5. 5. government was capable of considering a military attack against Slovakia. "Thats Slovakia - Felvidékoutrageous, unbelievable and scandalous," – stressed Maďarič. "Its quite clear thatHungary interprets our silence not as empathy but as weakness," he said, adding thatprime minister Iveta Radičová as well as foreign affairs minister Mikuláš Dzurinda fail toreact to all the arrogant and aggressive steps made by the Hungarian government. TheSlovak foreign affairs ministry rejects the criticism stating that "SMER-SD is not capableof any other international policy than the policy of generating disquiet, which Slovakpeople reject.” In a response to the statements made by László Kövér, the foreignminister said that he had refused to help Hungary in its effort to distract attention fromthe fact that it had okayed several "non-European" laws. "We need to be wise andresponsible. We need to understand what the point is at the moment," said Dzurinda,adding that, to the detriment of Slovakia, Kövér was seeking to deviate attention fromHungarys internal and foreign-policy woes. Dzurinda thinks that Slovakias leadingopposition SMER-SD party may well be doing a favour for Hungary by its urging theSlovak government to issue a demarche in response to Kövérs allegations. Despitelabelling the house speaker’s statement as offensive and inappropriate, Dzurinda saidthat "they dont constitute even a minor threat." However, he added that the Slovakhouse speaker Richard Sulíks response was appropriate. Sulík claimed earlier thatthreatening military intervention or even implying such a thing did not belong to thevocabulary of good neighbours.140 years of SNSThe Slovak National Party (SNS) celebrated its 140 years of existence. Though the partyperceives itself as an ideological heir to the conservative and nationalist historical SlovakNational Party established in 1871 and ceased in 1938, the “Slota-party” founded in 1989is often described as ultra-nationalist, right-wing extremist or far-right, due to itsstatements about Hungarians, Roma, and homosexuals. Slovaks still have to defend thesovereignty of their statehood against the “magyarisation” in the south of Slovakia, eventhough 140 years have passed since SNS was established, said the chairman Jan Slota. "Atthe time when we should be able to live as a state-forming nation, we have to protectourselves from the activities of some political subjects in Slovakia, which have by theirinitiatives ensured adoption of anti-Slovak laws, for example the Act on the Use ofMinority Languages. The aggressive politics of Hungary creates a feeling that the centralEurope is about to face at least a conflict over the territorial-administrative division. Asthe Treaty of Trianon is evidently being doubted by Hungary" – stressed Slota. 5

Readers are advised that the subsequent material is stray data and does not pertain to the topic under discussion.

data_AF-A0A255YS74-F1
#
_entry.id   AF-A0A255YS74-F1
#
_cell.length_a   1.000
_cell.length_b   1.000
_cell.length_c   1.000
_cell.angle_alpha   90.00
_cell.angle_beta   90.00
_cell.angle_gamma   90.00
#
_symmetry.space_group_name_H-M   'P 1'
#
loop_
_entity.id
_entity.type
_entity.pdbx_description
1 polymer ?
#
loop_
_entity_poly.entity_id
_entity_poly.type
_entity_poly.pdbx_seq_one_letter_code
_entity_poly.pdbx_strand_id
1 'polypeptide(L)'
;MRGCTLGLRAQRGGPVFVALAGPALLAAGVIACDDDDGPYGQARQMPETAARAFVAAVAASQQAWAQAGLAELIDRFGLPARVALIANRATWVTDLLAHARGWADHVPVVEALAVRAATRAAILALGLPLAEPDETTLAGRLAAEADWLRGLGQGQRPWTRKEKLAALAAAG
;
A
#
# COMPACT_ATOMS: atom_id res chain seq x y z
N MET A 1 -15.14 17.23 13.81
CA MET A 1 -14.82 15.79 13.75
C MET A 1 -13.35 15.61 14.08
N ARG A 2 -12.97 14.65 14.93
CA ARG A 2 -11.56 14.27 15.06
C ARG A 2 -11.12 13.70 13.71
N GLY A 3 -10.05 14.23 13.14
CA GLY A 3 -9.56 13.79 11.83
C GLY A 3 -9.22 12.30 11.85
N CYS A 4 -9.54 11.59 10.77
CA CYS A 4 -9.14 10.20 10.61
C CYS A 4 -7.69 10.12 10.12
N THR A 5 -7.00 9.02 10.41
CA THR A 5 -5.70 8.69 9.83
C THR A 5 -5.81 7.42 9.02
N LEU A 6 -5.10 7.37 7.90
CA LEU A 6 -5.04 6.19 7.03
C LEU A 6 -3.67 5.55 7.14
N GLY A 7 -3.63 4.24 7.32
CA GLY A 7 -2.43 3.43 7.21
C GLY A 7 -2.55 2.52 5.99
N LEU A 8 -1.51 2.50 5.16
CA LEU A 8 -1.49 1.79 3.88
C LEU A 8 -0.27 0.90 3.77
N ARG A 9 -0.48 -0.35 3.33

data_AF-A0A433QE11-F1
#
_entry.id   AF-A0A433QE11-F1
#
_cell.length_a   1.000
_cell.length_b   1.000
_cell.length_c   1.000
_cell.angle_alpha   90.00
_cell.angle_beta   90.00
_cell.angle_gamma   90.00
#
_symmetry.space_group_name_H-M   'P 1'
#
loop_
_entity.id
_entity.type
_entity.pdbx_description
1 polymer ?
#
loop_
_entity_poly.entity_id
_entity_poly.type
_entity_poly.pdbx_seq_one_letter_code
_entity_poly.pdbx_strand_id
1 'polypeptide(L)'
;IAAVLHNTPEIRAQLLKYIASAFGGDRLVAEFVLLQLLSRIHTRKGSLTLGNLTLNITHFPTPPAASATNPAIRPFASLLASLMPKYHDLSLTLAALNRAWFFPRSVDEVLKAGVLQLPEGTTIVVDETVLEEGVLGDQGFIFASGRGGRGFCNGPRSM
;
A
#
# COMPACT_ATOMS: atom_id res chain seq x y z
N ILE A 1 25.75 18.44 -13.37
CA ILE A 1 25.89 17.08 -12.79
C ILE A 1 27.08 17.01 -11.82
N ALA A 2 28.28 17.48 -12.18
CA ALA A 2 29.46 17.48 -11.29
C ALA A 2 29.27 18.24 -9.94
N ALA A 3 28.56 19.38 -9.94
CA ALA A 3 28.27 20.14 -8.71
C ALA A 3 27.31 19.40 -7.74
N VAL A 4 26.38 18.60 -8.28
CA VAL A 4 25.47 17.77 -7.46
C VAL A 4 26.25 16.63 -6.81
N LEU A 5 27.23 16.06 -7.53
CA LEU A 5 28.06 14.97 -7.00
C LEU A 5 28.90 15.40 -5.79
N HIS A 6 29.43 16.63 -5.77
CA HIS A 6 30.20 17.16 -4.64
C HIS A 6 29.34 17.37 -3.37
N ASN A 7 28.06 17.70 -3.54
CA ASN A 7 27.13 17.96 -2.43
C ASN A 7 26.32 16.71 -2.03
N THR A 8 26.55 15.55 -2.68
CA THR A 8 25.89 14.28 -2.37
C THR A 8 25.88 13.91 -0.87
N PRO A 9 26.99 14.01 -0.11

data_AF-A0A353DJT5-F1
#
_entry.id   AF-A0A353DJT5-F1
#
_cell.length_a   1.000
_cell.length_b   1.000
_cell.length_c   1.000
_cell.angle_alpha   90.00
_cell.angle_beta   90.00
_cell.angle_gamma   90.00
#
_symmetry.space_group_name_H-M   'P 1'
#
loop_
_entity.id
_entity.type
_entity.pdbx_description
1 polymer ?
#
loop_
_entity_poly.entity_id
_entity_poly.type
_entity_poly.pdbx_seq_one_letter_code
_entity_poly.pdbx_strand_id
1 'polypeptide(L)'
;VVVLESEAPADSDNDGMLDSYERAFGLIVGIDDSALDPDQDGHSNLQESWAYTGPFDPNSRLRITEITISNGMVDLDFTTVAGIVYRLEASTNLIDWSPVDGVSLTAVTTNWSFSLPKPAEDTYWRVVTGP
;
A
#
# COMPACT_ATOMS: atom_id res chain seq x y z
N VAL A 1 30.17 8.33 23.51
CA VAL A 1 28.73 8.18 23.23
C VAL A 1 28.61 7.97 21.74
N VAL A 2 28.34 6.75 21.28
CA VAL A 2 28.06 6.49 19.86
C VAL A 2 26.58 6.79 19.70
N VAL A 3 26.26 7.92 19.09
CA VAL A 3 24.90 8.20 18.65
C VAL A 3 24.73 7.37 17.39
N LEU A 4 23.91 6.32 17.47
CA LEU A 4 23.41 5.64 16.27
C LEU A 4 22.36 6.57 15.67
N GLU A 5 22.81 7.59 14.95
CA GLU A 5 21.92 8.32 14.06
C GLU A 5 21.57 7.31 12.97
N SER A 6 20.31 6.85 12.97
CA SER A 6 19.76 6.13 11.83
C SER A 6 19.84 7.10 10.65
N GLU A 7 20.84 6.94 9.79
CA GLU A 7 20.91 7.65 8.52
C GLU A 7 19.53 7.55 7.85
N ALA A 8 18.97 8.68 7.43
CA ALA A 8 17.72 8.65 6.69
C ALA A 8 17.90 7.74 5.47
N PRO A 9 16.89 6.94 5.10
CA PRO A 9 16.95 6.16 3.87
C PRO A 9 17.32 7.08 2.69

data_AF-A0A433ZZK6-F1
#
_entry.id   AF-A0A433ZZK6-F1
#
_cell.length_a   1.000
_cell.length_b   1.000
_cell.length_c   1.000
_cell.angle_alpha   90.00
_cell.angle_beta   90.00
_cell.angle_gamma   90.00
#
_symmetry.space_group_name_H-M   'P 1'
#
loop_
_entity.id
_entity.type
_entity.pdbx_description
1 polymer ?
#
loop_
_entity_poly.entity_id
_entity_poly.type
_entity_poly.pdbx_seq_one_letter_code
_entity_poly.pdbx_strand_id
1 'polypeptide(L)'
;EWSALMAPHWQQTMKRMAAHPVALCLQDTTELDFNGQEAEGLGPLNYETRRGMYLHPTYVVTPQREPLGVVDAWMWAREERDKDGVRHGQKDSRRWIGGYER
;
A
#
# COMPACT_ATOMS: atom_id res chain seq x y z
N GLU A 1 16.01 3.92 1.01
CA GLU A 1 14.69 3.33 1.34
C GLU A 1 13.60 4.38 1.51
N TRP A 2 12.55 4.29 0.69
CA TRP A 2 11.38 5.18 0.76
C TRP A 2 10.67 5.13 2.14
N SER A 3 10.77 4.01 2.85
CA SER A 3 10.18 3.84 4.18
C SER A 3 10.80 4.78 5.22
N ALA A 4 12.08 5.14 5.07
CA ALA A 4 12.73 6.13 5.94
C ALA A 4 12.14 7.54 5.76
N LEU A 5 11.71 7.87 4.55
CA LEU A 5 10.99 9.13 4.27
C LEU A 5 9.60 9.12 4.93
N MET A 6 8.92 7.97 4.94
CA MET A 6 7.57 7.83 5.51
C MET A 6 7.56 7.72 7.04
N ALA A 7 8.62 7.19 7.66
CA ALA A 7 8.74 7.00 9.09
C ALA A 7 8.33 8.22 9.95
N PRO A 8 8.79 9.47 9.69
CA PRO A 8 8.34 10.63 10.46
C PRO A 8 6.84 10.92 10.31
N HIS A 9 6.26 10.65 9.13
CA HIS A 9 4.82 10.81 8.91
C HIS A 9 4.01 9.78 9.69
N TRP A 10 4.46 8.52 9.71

6. 6. Transcarpathia - Kárpátalja Vojvodina - VajdaságPM Orbán in VajdaságPrime minister Viktor Orbán was on an official visit to Vajdaság/Vojvodina, where hemet the president of the Alliance of Hungarians in Vajdaság István Pásztor. During thevisit the politicians discussed important issues concerning the Hungarian minority.They welcomed that the former plans are implemented in the province, and the supportcoming from Hungary can contribute to the success of the scholarship programs, thedormitory programs and the school bus program. At the meeting, they touched uponSerbia’s actual domestic politics, the EU accession, and the relationship between Serbiaand Kosovo. The politicians agreed that the prime minister would prioritize the issue ofHungarian educational institutions when meeting the Serbian prime minister in the nearfuture.Youth Council of Hungarians in TranscarpathiaA permanent forum was established on 30 May, in Beregszász/Berehove due to theinitiative of youth organizations in Transcarpathia. The Youth Council of Hungarians inTranscarpathia sets out the ambition in its founding declaration to promote co-operationbetween youth organizations of the region; to preserve the links to the homeland; tostress the importance of mother-tongue education; and to facilitate the prosperity in thebirthplace.Oath takings in the USAbout two dozen people have taken Hungarian citizenship oaths at the consulates ofChicago and Washington, last week. The first citizenship ceremony took place on 13 April USAin the States and it will likely continue in Miami and California. 6